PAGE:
WASHINGTON -- With the "Bridgegate" scandal hanging over his administration, New Jersey Gov. Chris Christie (R) took a moment at the beginning of his State of the State address Tuesday to address the controversy.
"The last week has certainly tested this administration. Mistakes were clearly made. And as a result, we let down the people we are entrusted to serve. I know our citizens deserve better. Much better," he said. "I'm the governor and I'm ultimately responsible for all that happens on my watch -- both good and bad. Now without a doubt we will cooperate with all appropriate inquiries to ensure this breach of trust does not happen again."
"But I also want to assure the people of New Jersey today that what has occurred does not define us or our state," he added. "This administration and this legislature will not allow the work that needs to be done to improve the people's lives in New Jersey to be delayed. I am the leader of this state and its people and I stand here today proud to be both. And always determined to do better."
Governors typically use state of the state addresses, given at the start of each year, to put forward big policy ideas. But while Christie's aides were promoting the governor's ideas on education reform in the lead-up to the speech, the scandal that has engulfed his administration in the past week was hard to ignore.
There is no evidence that Christie was directly involved in intentionally closing two of the three access lanes to the George Washington Bridge in Fort Lee, N.J., a move that created massive traffic jams from Sept. 9 to 13. But one of his deputy chiefs of staff, Bridget Anne Kelly, and his former campaign manager, Bill Stepien, participated in the scheme, along with two of his appointees at the Port Authority of New York and New Jersey.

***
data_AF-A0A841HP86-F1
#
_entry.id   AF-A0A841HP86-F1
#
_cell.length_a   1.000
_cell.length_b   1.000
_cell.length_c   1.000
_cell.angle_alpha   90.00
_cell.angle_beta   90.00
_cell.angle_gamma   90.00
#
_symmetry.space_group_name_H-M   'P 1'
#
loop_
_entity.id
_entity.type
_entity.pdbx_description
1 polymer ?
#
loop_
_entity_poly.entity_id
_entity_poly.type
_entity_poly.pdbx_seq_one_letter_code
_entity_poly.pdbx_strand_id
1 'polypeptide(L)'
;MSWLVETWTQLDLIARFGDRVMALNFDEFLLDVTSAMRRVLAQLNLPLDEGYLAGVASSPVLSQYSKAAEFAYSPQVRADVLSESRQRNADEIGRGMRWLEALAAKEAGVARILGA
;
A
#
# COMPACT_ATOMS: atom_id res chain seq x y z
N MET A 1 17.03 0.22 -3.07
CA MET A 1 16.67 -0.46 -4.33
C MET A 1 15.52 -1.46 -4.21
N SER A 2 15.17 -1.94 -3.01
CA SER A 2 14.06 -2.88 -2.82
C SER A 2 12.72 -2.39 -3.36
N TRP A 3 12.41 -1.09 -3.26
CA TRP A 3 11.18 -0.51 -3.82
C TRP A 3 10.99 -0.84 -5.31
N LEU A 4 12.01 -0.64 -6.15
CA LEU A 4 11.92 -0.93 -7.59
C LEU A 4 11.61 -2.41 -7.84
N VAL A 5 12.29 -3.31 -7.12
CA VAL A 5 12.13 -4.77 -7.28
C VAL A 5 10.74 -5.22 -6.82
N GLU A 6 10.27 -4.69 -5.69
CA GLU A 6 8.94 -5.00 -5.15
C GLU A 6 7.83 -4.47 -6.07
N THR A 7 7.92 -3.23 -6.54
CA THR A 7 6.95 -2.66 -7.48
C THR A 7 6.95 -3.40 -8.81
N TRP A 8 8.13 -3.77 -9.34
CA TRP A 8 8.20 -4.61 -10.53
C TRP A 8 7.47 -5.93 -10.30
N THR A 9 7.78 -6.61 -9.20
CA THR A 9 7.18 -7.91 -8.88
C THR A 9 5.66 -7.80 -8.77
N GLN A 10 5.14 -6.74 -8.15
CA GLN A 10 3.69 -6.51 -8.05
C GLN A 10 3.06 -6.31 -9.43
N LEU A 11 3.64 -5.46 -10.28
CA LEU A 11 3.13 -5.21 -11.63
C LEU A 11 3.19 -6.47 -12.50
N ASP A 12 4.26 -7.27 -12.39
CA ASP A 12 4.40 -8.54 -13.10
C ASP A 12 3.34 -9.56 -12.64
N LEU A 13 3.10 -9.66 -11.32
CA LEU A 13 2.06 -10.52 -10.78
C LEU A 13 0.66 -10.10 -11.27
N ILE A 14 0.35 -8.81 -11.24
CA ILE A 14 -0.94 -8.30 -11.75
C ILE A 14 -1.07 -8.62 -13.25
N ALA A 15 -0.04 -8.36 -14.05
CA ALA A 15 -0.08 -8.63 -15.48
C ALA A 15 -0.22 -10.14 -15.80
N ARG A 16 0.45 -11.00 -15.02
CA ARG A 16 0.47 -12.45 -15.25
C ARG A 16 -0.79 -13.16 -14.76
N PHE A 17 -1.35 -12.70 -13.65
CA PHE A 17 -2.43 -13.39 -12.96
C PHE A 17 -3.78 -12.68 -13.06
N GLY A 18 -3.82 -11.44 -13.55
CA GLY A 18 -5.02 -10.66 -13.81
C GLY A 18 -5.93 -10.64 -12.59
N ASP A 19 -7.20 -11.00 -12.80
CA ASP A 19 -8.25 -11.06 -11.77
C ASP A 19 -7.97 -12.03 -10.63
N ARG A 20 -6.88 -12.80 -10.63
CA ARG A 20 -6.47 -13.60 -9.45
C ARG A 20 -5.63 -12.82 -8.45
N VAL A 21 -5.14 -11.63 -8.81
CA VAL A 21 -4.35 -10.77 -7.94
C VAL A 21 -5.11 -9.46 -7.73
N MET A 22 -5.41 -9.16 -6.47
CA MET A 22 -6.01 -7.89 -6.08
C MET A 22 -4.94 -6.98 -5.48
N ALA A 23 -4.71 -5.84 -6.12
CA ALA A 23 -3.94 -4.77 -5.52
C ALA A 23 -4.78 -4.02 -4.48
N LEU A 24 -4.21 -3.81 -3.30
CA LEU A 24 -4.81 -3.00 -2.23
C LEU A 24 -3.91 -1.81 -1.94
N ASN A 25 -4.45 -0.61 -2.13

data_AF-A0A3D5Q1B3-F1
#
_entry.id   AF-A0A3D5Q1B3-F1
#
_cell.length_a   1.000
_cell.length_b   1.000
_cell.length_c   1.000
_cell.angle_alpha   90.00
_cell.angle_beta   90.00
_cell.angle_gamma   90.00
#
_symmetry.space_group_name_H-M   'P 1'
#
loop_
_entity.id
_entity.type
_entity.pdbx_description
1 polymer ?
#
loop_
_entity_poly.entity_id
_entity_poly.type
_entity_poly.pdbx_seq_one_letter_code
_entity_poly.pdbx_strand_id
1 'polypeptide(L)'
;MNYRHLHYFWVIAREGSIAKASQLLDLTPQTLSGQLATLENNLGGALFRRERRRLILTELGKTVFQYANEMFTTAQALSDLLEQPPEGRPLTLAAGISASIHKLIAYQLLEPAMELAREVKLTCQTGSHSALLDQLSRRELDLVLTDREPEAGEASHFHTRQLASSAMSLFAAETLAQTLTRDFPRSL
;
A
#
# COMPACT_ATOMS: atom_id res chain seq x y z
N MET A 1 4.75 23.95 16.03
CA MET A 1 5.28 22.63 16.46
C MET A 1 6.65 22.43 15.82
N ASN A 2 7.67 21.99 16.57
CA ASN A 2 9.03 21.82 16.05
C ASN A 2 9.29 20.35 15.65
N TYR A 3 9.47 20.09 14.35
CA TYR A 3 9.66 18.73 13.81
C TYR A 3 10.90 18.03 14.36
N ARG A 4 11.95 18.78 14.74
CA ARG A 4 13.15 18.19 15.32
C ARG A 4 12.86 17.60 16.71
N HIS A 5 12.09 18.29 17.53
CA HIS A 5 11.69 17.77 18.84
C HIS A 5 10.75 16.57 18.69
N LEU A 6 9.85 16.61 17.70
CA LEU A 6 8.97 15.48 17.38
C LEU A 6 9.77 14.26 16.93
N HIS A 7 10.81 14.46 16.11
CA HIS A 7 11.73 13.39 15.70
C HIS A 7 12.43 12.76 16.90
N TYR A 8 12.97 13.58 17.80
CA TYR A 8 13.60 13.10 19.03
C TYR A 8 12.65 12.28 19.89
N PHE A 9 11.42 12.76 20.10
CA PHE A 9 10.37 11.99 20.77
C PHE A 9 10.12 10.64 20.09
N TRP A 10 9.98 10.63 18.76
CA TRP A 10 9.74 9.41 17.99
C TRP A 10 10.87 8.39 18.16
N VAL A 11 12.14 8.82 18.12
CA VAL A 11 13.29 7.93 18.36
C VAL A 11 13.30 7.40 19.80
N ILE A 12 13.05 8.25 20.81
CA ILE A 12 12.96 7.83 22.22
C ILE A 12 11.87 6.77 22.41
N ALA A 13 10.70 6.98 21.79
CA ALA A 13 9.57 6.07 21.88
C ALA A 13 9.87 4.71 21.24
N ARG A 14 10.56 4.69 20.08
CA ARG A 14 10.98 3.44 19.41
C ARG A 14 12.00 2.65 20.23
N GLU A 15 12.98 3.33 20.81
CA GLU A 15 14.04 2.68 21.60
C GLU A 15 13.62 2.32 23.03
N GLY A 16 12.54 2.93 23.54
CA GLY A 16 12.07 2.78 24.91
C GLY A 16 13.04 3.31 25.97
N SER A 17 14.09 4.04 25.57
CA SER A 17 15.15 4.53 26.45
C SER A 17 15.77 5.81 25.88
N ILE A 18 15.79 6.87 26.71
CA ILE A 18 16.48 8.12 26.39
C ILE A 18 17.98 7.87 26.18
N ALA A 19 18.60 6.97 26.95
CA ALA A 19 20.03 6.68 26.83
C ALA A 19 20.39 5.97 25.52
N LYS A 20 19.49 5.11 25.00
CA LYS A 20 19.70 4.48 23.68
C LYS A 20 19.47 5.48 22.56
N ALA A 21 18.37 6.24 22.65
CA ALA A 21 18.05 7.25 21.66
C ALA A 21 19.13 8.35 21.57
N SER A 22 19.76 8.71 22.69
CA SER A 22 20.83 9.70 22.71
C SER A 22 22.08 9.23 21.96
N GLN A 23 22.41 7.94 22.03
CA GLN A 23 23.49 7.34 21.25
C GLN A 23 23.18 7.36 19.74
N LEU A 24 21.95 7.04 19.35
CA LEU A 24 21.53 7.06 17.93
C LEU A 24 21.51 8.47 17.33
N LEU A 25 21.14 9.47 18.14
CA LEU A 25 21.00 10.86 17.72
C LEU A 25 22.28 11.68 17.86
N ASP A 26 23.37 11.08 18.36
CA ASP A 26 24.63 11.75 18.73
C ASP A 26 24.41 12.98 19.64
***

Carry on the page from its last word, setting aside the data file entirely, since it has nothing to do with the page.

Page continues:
Until last week, members of the Christie administration -- and the governor himself -- claimed that the access lanes were shut down as part of a traffic study. But emails and text messages released last week indicate there was a pettier, more political motive at play, and that the closures were possibly intended as retribution against the Democratic mayor of Fort Lee, who did not endorse Christie's reelection bid.
Christie has attempted to distance himself from the whole episode, insisting he had no knowledge of the plot until media outlets started reporting on it. But on Tuesday, the Wall Street Journal revealed that David Wildstein, the Port Authority official at the heart of the scandal, was with Christie on Sept. 11, although it's unclear what they discussed.
A recent Monmouth University/Asbury Park Press poll found that half of the adults in New Jersey believe Christie has not been "completely honest" about his role in the incident.
The New Jersey state Assembly, meanwhile, announced Monday that it was creating a special investigatory panel to continue looking into the lane closures.
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